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1996 - Mr Major’s Comments on the Mitchell Report

Below is the text of Mr Major’s comments on the Mitchell Commission Report, made during an interview held in London on Wednesday 24th January 1996.


QUESTION:

[Mr Major was asked if peace was closer now that the Mitchell Report had been published].

PRIME MINISTER:

Yes, I hope we are. I think the very broad welcome that has been received for the outcome of the Mitchell Report does put us closer. What has been crucial right from the outset has been the pressure of people in Northern Ireland for this process to move forward, and I think that pressure will continue both in Northern Ireland and in the south, so I think yes we are.

QUESTION:

[Mr Major was asked what he thought of the Report suggesting that the paramilitaries would not decommission before talks started].

PRIME MINISTER:

I think it is worth being clear precisely what the Mitchell Report said. The Mitchell Report said they would not decommission. They emphatically did not say they could not. So what it has done is highlight the intransigence of Sinn Fein / IRA and the Loyalist paramilitaries. Everyone in Northern Ireland, and southern Ireland, now knows that it is their intransigence that has held up the possibility of all-party talks. That is clear. What we have said, very well, if you are going to block the talks in this fashion, here is another route, a route that we know has the overwhelming support of people in Northern Ireland. And that is to go down the route of having an election to a body that would not have powers, this is not the old Stormont, but to a body that would then nominate people with a democratic mandate to meet in all-party talks, then negotiations, and that the decommissioning of weapons would take place in parallel with those discussions.

As the talks proceeded, there would be decommissioning; as the talks move forwards, more decommissioning. There are now two options for the paramilitaries, they can decommission and go into talks or they can go through the elected route. But if they turn down both of those options then I think the people of Northern Ireland, and of the Republic of Ireland, will ask - why are they seeking to hold up a process they claim to be in favour of?

QUESTION:

[Mr Major was asked if he had given up hope of decommissioning before talks].

PRIME MINISTER:

No, I haven’t entirely given up hope. I think events in Northern Ireland often are surprising. That option remains open. I propose to leave that option on the table. There is no justification for not taking it. We are not saying to Sinn Fein / IRA, decommission every weapon you have got before there are talks. We have never said that. What we have said is that we need people to have confidence to get around the table. You - Sinn Fein / IRA - can give them confidence by decommissioning, taking out of use, some of the weapons that you have, not all of them, but some of them. I don’t think the reasonable man in Ireland, north or south, can really find any credible reason why they ought not to do that. So that option remains open and perhaps they will take it. But if they do not, there is now a second option.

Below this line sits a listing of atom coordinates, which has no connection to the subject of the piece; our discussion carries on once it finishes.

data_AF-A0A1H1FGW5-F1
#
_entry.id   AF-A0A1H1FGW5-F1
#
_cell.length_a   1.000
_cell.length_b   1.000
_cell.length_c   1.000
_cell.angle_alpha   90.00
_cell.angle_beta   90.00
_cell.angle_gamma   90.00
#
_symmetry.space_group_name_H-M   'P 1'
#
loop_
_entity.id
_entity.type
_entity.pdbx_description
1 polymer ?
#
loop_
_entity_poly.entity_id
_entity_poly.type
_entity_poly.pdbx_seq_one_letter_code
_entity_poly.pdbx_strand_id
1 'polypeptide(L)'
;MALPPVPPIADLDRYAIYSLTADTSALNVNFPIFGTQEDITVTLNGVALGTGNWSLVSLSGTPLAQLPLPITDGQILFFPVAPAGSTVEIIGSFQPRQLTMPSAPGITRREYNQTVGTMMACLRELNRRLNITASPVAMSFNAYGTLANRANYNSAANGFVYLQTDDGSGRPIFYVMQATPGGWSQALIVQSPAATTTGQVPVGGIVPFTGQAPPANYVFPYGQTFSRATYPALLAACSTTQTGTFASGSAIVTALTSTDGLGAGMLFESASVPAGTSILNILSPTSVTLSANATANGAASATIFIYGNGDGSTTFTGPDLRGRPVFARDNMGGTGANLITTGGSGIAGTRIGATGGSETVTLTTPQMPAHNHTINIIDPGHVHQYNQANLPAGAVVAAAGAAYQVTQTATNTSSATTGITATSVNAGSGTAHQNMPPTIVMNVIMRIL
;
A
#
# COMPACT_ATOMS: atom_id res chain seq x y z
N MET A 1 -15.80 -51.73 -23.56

QUESTION:

[Mr Major was asked if he could accept talks with no decommissioning].

PRIME MINISTER:

You see there is a lacuna there, isn’t there? You can’t go on with all-party talks unless you have all parties at the table. That has been the problem right from the start. And it is perfectly clear that the community in Northern Ireland, and indeed the community in southern Ireland, have made it perfectly clear in opinion polls that they believe there should be decommissioning, many of them complete decommissioning, before any talks. It is not just the Unionist politicians who take that view, it is the population, Unionist and Nationalist, north and south of the border who take that particular view. So the reality is it would not be possible for the Unionist parties to sit down and have all-party talks unless that air of confidence is achieved. The question is how to achieve the confidence, and we have now set out a second option.

QUESTION:

[Mr Major was asked how he could reassure nationalists than unionists wouldn’t lead any elected body].

PRIME MINISTER:

Well we will address their fears, of course we will address their fears. But what they fear really is, and always has been, is that there would be a body like this that had the powers of the old Stormont, the legislative and administrative powers of the old Stormont. That is now what is proposed. What we are proposing is an election that would legitimise with a democratic mandate people to sit round the table and negotiate and then freely reach an agreement. Now the parties work together in local councils in Northern Ireland, often all of the parties in the same council, the Unionist parties, the Alliance Party, the SDLP and Sinn Fein, they work together and they reach agreement. That is the nature of democratic politics. And the truth is, as it always has been, that if each party just stands in its traditional trench and doesn’t given an inch then there won’t be an agreement. What I have said consistently to all parties, and have practiced myself, is that we are going to have to find a concordat that everybody can accept. That is what I am asking them to do in going down this process and in the talks that will follow it.